What things do you not like to do?
I dislike cold emailing and creating overly promotional marketing content.
When I started out, I’d quote our pricing and then immediately try to justify it or offer a discount. I finally realized that the best thing to do is to state prices simply and then shut up.
Journalists aren’t always good at asking for money. Was this a problem for you and how did you figure that out?
That’s funny you ask.
As a journalist, I got very used to talking to people, asking them about what they do, being improvisational on the phone, etc. That had long since stopped being intimidating. But as a journalist, you never end a phone call asking for money. When I started out, I’d quote our pricing and then immediately try to justify it or offer a discount. I finally realized that the best thing to do is to state prices simply and then shut up.
Our customers are used to paying money for services and I had to let the value of what we do speak for itself.
What do you know about yourself today that you didn’t know when you started the business? What have you learned about yourself?
I’m more resilient, resourceful and tenacious than I thought I was. And stubborn. Believing that you are right is a really powerful motivator.
The other thing I learned is how important it is to have supportive people in your life. You don’t need a crowd, just a few key people on your side.
Honestly, do you ever feel like giving up?
Of course. Every entrepreneur does. Much less so now than when we started. Starting something new is hard. A single day’s emotions can swing from euphoria (we’re going to land this big client!) to an intense feeling of doom.
The swings are the hardest part, but eventually you learn that the cure is to just do the next thing on the to-do list and breathe through the deepest doubts. You also learn not to believe the highest highs.
What lessons do you wish you learned earlier in the process of being an entrepreneur?
Two things I wish I’d learned earlier: A new business is a long slog to overnight success. Secondly, Silicon Valley tends to celebrate one type of success — a huge company with billion dollar valuations.
It took time to realized there’s a lot of definitions of success and lots of unheralded successes, including building a sustainable, profitable company that’s in line with your personal values and provides real value to its customers.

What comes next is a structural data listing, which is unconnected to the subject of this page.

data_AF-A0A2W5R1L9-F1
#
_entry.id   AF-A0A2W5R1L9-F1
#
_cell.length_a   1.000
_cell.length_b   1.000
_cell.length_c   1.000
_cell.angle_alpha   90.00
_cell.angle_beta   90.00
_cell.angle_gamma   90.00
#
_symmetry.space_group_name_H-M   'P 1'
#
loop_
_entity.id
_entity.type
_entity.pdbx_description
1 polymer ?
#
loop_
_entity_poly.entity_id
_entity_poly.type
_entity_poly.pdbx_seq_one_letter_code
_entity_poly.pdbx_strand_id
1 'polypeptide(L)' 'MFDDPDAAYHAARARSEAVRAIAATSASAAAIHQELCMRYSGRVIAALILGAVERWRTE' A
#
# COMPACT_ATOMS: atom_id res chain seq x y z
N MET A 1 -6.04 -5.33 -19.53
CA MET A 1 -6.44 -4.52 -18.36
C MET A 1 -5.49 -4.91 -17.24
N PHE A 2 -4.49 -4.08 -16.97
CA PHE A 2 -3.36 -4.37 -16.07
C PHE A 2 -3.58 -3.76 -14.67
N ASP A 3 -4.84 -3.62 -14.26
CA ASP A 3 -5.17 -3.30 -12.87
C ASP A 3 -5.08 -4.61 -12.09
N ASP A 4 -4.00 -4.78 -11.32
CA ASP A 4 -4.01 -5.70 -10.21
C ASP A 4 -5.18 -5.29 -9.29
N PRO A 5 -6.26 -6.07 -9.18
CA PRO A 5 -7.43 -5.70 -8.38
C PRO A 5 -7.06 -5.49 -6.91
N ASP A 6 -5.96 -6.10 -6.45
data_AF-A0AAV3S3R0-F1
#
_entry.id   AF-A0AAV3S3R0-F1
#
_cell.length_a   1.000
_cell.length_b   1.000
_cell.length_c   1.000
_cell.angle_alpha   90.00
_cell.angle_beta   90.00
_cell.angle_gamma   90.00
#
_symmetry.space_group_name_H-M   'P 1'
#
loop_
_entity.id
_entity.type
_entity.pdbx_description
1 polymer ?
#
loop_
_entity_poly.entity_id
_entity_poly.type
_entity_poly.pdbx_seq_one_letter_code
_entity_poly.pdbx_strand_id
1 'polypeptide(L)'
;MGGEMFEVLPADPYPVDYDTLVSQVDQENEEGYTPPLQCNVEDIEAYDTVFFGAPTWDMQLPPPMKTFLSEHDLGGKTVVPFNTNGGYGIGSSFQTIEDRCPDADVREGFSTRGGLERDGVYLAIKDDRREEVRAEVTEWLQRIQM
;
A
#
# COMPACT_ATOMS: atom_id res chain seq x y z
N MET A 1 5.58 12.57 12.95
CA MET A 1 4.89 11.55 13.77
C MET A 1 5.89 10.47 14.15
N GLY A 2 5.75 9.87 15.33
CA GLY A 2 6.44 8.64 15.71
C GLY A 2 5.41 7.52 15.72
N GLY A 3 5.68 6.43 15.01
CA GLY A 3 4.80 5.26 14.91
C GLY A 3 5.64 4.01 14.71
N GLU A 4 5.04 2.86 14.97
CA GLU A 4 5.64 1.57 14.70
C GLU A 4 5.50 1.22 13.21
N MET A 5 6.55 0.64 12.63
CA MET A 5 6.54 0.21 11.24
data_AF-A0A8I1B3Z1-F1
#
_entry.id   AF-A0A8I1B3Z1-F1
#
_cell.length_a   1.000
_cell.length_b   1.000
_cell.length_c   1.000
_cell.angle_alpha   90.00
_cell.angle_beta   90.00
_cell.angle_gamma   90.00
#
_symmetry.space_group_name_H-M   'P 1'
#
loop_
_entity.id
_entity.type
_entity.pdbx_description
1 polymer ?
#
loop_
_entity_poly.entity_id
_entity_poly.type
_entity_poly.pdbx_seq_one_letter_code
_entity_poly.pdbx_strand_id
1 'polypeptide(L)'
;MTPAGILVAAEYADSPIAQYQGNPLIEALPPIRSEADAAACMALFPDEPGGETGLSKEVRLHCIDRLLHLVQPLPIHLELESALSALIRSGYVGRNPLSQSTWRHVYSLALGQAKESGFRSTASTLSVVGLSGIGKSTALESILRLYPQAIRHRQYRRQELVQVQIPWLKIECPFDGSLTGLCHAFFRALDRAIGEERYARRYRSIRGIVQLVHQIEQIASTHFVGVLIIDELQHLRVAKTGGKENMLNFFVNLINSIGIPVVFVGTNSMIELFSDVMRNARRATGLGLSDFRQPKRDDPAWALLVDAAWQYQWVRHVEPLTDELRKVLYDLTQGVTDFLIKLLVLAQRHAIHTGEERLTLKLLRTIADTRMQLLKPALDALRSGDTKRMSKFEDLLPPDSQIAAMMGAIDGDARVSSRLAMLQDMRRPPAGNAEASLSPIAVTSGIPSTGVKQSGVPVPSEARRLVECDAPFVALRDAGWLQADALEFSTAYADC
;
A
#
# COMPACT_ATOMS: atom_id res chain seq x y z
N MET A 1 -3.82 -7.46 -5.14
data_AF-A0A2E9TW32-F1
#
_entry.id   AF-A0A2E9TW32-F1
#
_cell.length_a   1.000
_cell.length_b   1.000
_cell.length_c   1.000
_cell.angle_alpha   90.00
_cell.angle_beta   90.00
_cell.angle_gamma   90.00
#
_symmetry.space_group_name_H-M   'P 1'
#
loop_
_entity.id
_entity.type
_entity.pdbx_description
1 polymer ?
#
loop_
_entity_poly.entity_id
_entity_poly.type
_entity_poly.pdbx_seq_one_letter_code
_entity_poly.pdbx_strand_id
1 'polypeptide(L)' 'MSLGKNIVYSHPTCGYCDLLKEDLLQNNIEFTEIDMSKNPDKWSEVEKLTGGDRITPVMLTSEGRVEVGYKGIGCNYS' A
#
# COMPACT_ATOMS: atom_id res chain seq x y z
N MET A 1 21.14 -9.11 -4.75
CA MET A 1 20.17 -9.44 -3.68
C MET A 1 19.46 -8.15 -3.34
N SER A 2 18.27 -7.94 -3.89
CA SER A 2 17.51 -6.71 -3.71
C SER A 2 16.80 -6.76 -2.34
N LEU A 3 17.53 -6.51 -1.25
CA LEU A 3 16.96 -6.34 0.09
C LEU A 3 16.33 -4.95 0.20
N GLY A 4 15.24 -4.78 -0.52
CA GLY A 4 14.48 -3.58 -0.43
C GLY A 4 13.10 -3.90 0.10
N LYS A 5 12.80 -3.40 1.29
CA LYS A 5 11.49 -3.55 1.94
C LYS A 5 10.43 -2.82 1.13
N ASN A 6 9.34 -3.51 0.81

There’s obviously a certain lifestyle you have to be comfortable with. What did you have to give up to do this?
There’s three big things you sacrifice when you start an enterprise: time, money and energy.
A new venture takes a lot of time, and the distinction between when you are working and when you are not is hard to tell.
Starting a full-time venture means making very little, if anything, to start. Even if a company ends up raising a lot of money (and to be clear, raising a lot of money means selling substantial control and ownership to a third party), it takes time to build the initial product; investors expect much more than an idea.
So there’s no getting around sacrifices and learning to not spend money. We decided as a company to take very little investment and fight our way to profitability. While that’s harder road than raising a lot of money, it also means that we don’t have to depend on raising more capital or having investors dictate our product roadmap.
And energy is the least understood and perhaps the biggest sacrifice. Founders have to pour so much energy into the company, from worrying about servers being up to being fast with customer service to thinking about marketing to figuring out where they fit in the market to balancing books, that it’s hard to keep up energy for non-company things, like family, friends, outside interests, even reading novels. Having less energy for that doesn’t make you a hero. It’s just a reality and you have to work to make sure you keep energy for the other things in your life.
If you could look forward into the year ahead, what would be the one thing you’d want to celebrate at the end of 2017?